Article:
By: E&P Staff
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Parsing the 4th Amendment
Re: Defending Spy Program, General Reveals Shaky Grip on 4th Amendment
Most of you are English and Journalism majors.
Don’t you see what the Attorney General and the Bush lawyers have done? They have “parsed” the amendment. Broke it in two. They are acting under the first part, unreasonable searches etc. As to the second part, since they have not requested warrants there is no need to act under probable cause.
I would bet that somewhere such an argument is made to justify “reasonable searches and seizures” and warrentless searches.
On CBS news this a.m. Alberto Gonzales made the same point on the fourth amendment (it went unchallenged) that the searches were reasonable under the amendment.
So apparently that is the spin, that the spying is legal under the 4th because it is a reasonable response to the “clear and present danger”.
Orange Park, Fla.
The Soviet Solution
General Michael Hayden passes over the phrase “…upon probable cause…” in the Fourth Amendment.
One must admit that the security services of the 18th century were not burdened with the problem of satellite phones and email. Nor was it possible to plant an electronic bug in Thomas Jefferson’s quill pen.
In order to keep up with the times, may one suggest a practical Soviet solution to outmoded constitutional provisions?
Have all copies of the Constitution recalled, and print substitutes that omit the phrase cited above. An even cheaper remedy is to supply blank white adhesive strips of the proper size, which can be pasted over the obsolete phrase.
See? It’s quite simple.
An Important Distinction
I’m afraid that in your excellent account of General Hayden’s testimony about the Fourth Amendment, you miss his point. The phrase “probable cause” relates to the issuance of warrants. Since the Administration claims warrants are unnecessary in these cases, they see no need for probable cause, merely for “reasonableness” of the search. Don’t misunderstand me — I think that the Framers believed “reasonable” searches were those for which there was “probable cause.” But that’s the distinction they are drawing.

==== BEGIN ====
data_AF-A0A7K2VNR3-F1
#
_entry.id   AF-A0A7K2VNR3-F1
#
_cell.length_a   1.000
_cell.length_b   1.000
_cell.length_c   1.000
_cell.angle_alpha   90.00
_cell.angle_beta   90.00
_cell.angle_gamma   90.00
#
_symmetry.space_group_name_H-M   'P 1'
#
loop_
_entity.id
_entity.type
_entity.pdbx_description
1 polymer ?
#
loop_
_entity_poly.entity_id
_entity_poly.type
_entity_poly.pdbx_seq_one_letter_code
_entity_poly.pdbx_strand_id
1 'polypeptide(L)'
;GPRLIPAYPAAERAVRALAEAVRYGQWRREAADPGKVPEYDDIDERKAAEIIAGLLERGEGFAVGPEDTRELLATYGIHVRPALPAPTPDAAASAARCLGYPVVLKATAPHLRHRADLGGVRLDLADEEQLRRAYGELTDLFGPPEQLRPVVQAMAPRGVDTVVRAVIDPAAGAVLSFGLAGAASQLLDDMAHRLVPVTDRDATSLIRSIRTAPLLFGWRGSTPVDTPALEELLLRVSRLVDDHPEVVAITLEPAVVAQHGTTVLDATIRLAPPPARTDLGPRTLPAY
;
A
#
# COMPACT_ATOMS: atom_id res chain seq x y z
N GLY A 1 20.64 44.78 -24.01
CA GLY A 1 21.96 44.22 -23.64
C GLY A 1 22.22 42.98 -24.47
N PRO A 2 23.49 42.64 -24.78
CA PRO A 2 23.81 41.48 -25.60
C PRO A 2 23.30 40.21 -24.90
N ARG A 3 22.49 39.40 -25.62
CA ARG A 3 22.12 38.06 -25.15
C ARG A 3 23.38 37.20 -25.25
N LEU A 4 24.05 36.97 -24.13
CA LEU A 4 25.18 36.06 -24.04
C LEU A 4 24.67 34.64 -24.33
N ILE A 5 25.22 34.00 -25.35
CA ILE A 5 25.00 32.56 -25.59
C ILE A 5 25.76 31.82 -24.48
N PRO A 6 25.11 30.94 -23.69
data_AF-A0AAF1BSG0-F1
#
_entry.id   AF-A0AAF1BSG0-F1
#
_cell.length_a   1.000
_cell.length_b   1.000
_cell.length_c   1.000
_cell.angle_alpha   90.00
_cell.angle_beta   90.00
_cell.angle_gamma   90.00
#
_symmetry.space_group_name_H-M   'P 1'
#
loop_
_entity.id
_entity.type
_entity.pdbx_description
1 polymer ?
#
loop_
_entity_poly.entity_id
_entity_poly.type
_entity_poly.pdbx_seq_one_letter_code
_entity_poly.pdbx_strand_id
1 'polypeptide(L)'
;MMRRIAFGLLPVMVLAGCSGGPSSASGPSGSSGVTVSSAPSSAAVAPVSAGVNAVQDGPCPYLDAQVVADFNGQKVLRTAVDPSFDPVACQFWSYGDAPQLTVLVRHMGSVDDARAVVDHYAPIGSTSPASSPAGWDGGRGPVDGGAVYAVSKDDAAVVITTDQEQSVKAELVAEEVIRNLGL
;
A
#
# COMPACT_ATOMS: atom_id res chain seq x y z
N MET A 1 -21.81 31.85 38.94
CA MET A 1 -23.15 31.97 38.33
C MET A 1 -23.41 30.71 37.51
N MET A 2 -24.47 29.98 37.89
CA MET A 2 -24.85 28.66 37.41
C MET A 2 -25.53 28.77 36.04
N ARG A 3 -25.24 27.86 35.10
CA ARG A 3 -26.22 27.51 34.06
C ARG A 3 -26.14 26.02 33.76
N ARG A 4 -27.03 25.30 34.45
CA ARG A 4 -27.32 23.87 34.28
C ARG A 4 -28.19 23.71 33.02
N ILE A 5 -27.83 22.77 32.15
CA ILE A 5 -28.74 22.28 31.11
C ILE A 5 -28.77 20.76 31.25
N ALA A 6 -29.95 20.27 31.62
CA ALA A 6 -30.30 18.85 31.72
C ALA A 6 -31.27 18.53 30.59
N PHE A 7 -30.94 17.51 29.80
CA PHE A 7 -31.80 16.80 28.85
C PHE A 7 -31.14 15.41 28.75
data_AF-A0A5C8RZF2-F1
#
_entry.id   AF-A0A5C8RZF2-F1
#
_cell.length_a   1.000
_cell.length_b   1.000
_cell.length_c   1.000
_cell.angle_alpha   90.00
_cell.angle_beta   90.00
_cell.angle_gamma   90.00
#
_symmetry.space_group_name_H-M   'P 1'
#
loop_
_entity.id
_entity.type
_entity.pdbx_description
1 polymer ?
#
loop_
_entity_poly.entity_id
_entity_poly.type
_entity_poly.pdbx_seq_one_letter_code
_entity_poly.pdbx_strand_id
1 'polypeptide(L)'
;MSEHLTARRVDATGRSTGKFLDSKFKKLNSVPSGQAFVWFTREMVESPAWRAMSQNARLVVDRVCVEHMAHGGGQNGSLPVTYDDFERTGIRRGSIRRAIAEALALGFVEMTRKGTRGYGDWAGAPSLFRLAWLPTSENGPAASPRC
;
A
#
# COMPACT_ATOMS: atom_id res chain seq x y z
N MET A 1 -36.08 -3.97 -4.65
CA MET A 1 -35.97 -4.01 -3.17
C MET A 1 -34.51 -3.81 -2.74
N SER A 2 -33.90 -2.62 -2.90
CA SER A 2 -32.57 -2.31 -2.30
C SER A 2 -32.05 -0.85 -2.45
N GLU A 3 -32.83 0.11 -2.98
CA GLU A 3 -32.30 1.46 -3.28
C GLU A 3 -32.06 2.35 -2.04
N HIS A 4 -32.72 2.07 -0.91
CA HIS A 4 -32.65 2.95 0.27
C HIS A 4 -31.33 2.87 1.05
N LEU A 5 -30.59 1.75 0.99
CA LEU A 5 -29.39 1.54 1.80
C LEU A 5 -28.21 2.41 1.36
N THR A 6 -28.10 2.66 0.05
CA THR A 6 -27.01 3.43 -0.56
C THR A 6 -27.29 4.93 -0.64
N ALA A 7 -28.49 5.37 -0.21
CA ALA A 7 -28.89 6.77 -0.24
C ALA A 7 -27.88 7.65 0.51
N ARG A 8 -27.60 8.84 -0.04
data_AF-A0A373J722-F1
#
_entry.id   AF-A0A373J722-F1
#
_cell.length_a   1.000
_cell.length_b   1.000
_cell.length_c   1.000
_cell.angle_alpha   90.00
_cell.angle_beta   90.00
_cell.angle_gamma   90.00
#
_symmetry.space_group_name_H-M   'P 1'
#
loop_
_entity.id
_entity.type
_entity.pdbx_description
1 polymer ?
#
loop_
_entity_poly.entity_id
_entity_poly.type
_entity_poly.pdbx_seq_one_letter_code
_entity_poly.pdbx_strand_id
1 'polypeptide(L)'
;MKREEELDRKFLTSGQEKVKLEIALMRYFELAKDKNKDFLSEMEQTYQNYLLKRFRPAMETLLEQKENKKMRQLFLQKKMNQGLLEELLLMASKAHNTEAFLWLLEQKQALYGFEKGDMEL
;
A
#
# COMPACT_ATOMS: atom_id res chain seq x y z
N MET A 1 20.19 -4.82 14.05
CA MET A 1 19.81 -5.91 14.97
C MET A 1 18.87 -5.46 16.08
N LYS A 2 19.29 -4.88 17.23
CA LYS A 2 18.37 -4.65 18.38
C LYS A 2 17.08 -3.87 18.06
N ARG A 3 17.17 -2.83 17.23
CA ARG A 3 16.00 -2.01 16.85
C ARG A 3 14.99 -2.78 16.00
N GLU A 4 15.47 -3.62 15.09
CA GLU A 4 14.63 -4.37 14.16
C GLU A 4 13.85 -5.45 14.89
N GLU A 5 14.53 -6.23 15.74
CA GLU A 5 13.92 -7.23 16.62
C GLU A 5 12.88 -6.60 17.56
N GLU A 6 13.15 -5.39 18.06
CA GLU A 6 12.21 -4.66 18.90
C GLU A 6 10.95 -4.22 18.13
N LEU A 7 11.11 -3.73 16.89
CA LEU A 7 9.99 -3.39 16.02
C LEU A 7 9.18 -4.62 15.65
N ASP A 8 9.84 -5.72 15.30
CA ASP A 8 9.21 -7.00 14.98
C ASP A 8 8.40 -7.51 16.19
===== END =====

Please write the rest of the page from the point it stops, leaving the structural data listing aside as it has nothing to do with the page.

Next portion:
As I read the wording, it does apply a “reasonableness” standard to
searches and seizures and a “probable cause” standard to the issuing of warrants. It appears those are two different and distinct functions.
Letters to Howell
Re: Latest ‘Wash Post’ Ombud Column Draws Over 1,000 E-mails
The volume of letters to Deborah Howell is symptomatic of the disgust so many people feel at how the profit-driven, offend-no-conservative-source mainstream media are failing this country. He said the emperor has no clothes, she said he’s dressed to the nines doesn’t cut it and never did. Ferreting out truth is Job 1 for the media instead of just presenting spin.
White House Knowledge of Potential Katrina Effects
Re: ‘Wash Post’: White House Had Early Warning on Katrina
Am I the only one who considers this not to be breaking news but the long awaited dropping of the other shoe?
“Dr. Max Mayfield, director of the National Hurricane Center, told the Times-Picayune Sunday afternoon that officials with the Federal Emergency Management Agency and the Department of Homeland Security, including FEMA Director Mike Brown and Homeland Security Secretary Michael Chertoff, listened in on electronic briefings given by his staff in advance of Hurricane Katrina slamming Louisiana and Mississippi — and were advised of the storm’s potential deadly effects.”
Seems to me that the only effect to date has been the administration’s gross incompetence to see that an issue of national importance
has not been addressed.
Maureen Dowd; ‘Is She (Really) Necessary?’
I mean, what is the matter with this woman? Even if Woody Allen himself sought to design the quintessential, intimacy fearing, man-ambivalent, testosterone-stomping woman himself (huh?), he would do no better than Dowd.
Look, I know that neurotic, narcissistic writers (in the nicest possible senses of those words) produce material that sells a lot of papers, but honestly, there comes a time when sympathy for our fellow “person” demands action. Hence, with her best interests at heart, please pass on a message to her, from me. (I can’t afford “Times Select” or whatever it is called). I’ll try and put it into words that she will understand:
“Look you-awl, go getchyerself some of that darned, fency New York-type therapeee….it’ll do ya the worrrrld of good!”
Dr. Robert Di Nicolantonio
University of Melbourne Medical School